PwC research reveals one in seven suffered a hack attack with damage running into billions of pounds in 2011
The number of large organisations being hacked into is at a record high with the damage being measured in the billions of pounds every year, according to new research from Info Security 2012 and PwC.
The research revealed that one in seven large UK organisations had detected hackers within their systems over the last year, the highest figure PwC has recorded since the survey started in the early 90s.
In addition to this 70% of large organisations detected what PwC called "significant" attempts by hackers to break into their systems.
On average, each large organisation suffered 54 significant attacks by an unauthorised outsider, which is twice the level it was for the 2010 study, PwC said. 15% of the organisations involved in the research reported that their networks had been successfully penetrated by hackers.
The average cost of a large organisation’s worst security breach of the year was £110,000 to £250,000, and £15,000 to £30,000 for smaller businesses.
The survey also looked at generally data losses and found that the vast majority (93%) of large organisations had suffered some sort of data loss. This figure was 76% for smaller companies.
Despite these worrying figures it seems the message is not getting through to IT departments. According to the PwC research, 12% of businesses say senior management give a low priority to security, while 20% spend less than 1% of their IT budget on information security.
On average, however, organisations spend 8% of their IT budget on information security. This figure drops to 6.5% for businesses that had suffered a very serious breach.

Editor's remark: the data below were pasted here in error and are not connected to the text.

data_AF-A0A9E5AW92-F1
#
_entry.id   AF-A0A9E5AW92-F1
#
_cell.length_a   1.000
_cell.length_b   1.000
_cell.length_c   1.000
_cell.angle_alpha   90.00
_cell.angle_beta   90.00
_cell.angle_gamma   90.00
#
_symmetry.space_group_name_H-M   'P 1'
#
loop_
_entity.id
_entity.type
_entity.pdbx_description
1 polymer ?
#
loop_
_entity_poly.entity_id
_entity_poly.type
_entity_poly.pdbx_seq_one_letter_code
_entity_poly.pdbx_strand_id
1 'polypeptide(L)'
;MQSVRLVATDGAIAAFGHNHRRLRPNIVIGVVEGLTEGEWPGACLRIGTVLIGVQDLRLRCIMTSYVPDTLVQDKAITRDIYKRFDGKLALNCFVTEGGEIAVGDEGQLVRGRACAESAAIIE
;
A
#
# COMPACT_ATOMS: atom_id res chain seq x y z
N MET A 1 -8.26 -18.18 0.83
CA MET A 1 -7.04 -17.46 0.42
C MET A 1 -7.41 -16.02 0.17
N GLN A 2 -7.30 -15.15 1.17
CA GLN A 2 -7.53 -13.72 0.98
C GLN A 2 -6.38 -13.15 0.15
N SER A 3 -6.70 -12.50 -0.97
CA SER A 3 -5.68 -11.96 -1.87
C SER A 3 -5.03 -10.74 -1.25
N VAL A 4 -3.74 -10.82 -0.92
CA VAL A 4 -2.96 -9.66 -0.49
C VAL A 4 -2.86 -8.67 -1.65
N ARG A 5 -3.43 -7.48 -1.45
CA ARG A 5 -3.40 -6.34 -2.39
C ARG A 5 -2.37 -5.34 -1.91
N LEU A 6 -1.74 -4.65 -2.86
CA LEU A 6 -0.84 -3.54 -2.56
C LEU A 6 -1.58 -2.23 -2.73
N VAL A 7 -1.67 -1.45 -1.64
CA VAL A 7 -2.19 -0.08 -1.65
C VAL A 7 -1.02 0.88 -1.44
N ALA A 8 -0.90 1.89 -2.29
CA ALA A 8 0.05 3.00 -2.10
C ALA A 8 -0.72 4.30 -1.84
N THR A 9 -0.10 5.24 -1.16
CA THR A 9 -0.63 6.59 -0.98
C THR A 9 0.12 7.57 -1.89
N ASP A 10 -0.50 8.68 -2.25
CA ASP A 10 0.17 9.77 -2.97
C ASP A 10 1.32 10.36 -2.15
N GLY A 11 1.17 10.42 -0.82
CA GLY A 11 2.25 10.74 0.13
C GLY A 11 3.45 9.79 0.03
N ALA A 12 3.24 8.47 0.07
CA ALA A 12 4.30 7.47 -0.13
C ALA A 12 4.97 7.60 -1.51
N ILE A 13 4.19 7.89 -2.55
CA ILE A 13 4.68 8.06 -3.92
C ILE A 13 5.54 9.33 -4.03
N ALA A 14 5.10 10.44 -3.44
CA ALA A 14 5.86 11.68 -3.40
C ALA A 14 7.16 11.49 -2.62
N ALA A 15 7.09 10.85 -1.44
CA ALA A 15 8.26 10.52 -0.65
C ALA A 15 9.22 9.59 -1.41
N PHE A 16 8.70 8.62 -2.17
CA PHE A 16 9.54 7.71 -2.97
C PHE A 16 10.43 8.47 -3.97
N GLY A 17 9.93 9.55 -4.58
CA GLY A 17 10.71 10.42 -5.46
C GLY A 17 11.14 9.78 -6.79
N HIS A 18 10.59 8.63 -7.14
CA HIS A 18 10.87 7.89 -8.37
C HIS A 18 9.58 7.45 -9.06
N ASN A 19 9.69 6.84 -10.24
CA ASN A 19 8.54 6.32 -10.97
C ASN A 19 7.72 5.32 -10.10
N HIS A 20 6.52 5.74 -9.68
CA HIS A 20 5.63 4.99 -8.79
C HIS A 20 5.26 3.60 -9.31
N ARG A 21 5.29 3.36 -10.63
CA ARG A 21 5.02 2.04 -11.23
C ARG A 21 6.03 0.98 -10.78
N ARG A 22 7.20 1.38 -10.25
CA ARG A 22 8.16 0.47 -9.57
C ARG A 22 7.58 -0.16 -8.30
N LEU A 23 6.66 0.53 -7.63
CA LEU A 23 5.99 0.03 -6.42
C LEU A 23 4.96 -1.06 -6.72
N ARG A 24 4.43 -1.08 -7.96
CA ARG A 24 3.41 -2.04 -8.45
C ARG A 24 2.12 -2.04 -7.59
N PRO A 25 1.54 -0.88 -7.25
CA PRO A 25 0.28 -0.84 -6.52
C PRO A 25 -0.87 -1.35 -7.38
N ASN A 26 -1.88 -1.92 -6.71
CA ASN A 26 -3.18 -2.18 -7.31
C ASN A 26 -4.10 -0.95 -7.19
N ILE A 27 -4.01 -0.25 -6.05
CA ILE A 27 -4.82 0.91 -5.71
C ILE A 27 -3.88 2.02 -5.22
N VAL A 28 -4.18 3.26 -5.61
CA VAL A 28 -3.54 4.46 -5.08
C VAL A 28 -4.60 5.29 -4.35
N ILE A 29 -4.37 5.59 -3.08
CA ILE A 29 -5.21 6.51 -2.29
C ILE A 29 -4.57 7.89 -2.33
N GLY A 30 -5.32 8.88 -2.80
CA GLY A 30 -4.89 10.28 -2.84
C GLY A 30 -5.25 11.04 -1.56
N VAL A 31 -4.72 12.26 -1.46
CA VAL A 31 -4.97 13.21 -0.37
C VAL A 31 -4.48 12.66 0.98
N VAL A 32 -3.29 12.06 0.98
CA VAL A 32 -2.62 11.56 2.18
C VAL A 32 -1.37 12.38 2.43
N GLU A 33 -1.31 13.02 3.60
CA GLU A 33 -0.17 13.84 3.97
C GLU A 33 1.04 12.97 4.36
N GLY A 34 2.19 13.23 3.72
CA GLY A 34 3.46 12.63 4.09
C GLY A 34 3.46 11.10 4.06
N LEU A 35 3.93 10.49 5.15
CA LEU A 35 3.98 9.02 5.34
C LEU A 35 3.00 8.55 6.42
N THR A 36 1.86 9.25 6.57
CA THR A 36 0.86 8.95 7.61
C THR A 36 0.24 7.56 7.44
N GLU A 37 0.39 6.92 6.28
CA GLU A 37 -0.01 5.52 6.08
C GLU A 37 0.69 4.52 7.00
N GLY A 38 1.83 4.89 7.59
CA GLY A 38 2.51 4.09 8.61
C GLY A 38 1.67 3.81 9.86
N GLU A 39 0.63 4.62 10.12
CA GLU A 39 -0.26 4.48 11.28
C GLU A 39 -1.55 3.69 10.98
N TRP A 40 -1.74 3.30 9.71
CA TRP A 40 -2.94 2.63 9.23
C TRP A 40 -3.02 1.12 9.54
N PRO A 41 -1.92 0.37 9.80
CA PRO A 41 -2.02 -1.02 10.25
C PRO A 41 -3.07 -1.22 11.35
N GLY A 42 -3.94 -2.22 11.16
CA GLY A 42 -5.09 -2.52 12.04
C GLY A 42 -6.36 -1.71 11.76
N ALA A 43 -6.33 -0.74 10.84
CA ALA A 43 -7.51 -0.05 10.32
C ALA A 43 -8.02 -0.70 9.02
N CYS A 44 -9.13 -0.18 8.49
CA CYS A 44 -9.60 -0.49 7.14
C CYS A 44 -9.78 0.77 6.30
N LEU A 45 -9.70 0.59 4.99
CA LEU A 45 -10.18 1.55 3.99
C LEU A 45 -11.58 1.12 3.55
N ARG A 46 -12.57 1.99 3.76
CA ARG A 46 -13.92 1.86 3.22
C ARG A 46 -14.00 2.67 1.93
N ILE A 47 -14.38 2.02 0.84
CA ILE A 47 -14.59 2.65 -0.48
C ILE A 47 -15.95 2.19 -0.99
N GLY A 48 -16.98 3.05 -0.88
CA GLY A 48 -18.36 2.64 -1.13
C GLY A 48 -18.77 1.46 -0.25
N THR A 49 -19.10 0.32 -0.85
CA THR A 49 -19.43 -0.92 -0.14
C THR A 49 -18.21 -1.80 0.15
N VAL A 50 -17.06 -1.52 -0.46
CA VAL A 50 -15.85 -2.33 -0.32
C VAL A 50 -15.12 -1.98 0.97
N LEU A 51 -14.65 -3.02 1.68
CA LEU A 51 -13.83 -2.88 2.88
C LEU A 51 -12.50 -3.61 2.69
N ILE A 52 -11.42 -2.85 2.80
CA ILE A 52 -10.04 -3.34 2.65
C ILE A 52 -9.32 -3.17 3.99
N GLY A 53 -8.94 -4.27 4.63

"Organisations that suffered a very serious breach during the year spent slightly below the overall average on security. The key challenge is to evaluate and communicate the business benefits from investing in security controls. Otherwise, organisations end up paying more overall." said Chris Potter, PwC information security partner.
"Given that most organisations take a lot of action after a breach to tighten up their security, scrimping and saving on security creates a false economy. The cost of dealing with breaches and the knee-jerk responses afterwards usually outweigh the cost of prevention."
"The internet has opened up huge opportunities for businesses, and the UK is a world leader in doing business online. This survey showing the changing nature of the threats in cyberspace is a timely reminder for UK businesses to make sure their information systems are protected so they can take full advantage of the online world," added Universities and Science Minister David Willetts, whose responsibilities include cyber security issues.